Sunday, June 13, 2010

Bergen Peak Almost Marathon

I'm 5 weeks out from Silver Rush, so Saturday's run was the first of three weekends in June where long trail runs are on the docket. First up was Bergen Peak/Elk Meadow Park in Evergreen. I had the pleasure of running with Patrick for the first time. We've emailed a bunch, but never gotten on the trail together. He's running in the Sun Mountain 50M this Sunday, so he agreed to join me for the first 10.5 mile loop as he's tapering for a strong race next weekend.

Let me backup a bit. So we had a little rain on Friday night. From 11pm-2am, I was awoken about a dozen times from lightning flashes and rain/hail pounding the house. Tossing and turning, I finally rolled out of bed at 3:25, which was about 5 minutes before the alarm was set to go off.

I left at 4:10 and it was cold, dark, and still raining. I held out hope that it was only raining on the plains and that the mountains would be dry. If not, I was trying to prepare for the mud that was waiting.

Got to the trailhead a little before 5:00 and Patrick rolled in shortly thereafter. I was very impressed that he came since I couldn't help to think that there was no reason he had to subject himself to these conditions at the crack of dawn for a 10 mile run. When I got out of the car, I was surprised to see the rain had turned into a very light mist. Perfect! And the mud? Well, the trail up there was wet, but no mud.

We started our loop and I noticed, in the pre-dawn light, patches of what I thought were snow. No, they were piles of hail. That area got hit pretty hard overnight.

The higher we got, the colder the air turned and the more patches of hail we ran through. The trail rises about 2000' over 5 miles, so not the steepest out there, but also no walk in the park.

Towards the top, you run through more aspen trees. The new leaves simply got pummeled by the hail and created a green carpet to run on.

The summit (9708') was in a cloud. I'm going to have to head up there again someday in order to see the views. We made it back to the cars in just shy of two hours. Patrick took off and I grabbed my camera and went out for lap two. I cruised at just about the same pace, but encountered more rain and then mini ice pellets pinging me. It got old after awhile.

Upon returning to the trailhead a second time, I grabbed my PB&J sandwich, refilled my water reservoir, and started out for lap three. Not the full loop, but a shortened 5 miler in order to get me over the 25 mile mark. Prior to the run, I had mentally committed myself to a run of 25-30 miles. Seeing I was at mile 21, I wasn't about to back out now. Starting out was tough. I was tired of being cold and wet, and couldn't get the thought of a hot cup of coffee out of my mind. It would have to wait. This run was critical, so I just pushed away my desire to bail on it and forged ahead. The small loop only had a few hundred feet of climbing and I ran through a herd of elk that bolted from the trail, so that lifted my spirits a bit.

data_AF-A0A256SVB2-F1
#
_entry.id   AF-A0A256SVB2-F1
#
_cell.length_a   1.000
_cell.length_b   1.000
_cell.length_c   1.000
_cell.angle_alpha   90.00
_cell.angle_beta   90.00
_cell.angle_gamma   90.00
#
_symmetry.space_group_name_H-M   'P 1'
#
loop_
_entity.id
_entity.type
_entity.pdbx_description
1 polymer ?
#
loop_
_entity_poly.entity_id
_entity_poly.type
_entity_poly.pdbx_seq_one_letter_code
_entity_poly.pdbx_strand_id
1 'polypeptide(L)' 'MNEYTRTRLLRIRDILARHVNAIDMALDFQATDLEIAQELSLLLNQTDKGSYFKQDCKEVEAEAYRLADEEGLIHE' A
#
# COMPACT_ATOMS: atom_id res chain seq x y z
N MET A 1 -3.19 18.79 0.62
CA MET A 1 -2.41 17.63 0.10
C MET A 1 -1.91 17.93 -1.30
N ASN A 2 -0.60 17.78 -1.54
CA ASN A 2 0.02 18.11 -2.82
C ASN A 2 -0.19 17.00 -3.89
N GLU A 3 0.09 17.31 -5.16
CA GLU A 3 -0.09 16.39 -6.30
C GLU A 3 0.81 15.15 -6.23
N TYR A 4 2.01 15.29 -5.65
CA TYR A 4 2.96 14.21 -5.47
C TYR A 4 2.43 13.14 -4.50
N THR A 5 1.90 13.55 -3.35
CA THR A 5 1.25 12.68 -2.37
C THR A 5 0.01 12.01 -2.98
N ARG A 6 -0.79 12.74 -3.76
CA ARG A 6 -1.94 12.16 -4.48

With a mile to go, the heavy rain returned and I cranked out my third fastest mile of the day. My watch said 26.16 miles. Would I go the extra .04 miles in the parking lot in order to register my first official marathon distance on a training run? Nope. Ha!! That cup of coffee was calling my name! I found it at McD's, as well as a mouth-watering Egg McMuffin.

So it was interesting to learn that 26 miles on trails with close to 4500' of vertical is nothing compared to the pounding your body takes in the same distance on roads. I was sore, but I ran another 8 mi on Sunday and felt great. That would never have happened after a road marathon.

Next up? Pikes and the Barr Trail. It looks like enough snow has melted that you can get pretty high, so we'll see just how far I get.


  1. Sweet pics! Thanks for the run Woody. I came this close to getting some McD's myself after the Java Groove was closed!

  2. wow, great run Woody! It is good to know that sometimes Superman even chooses coffee of saving the girl. You da man!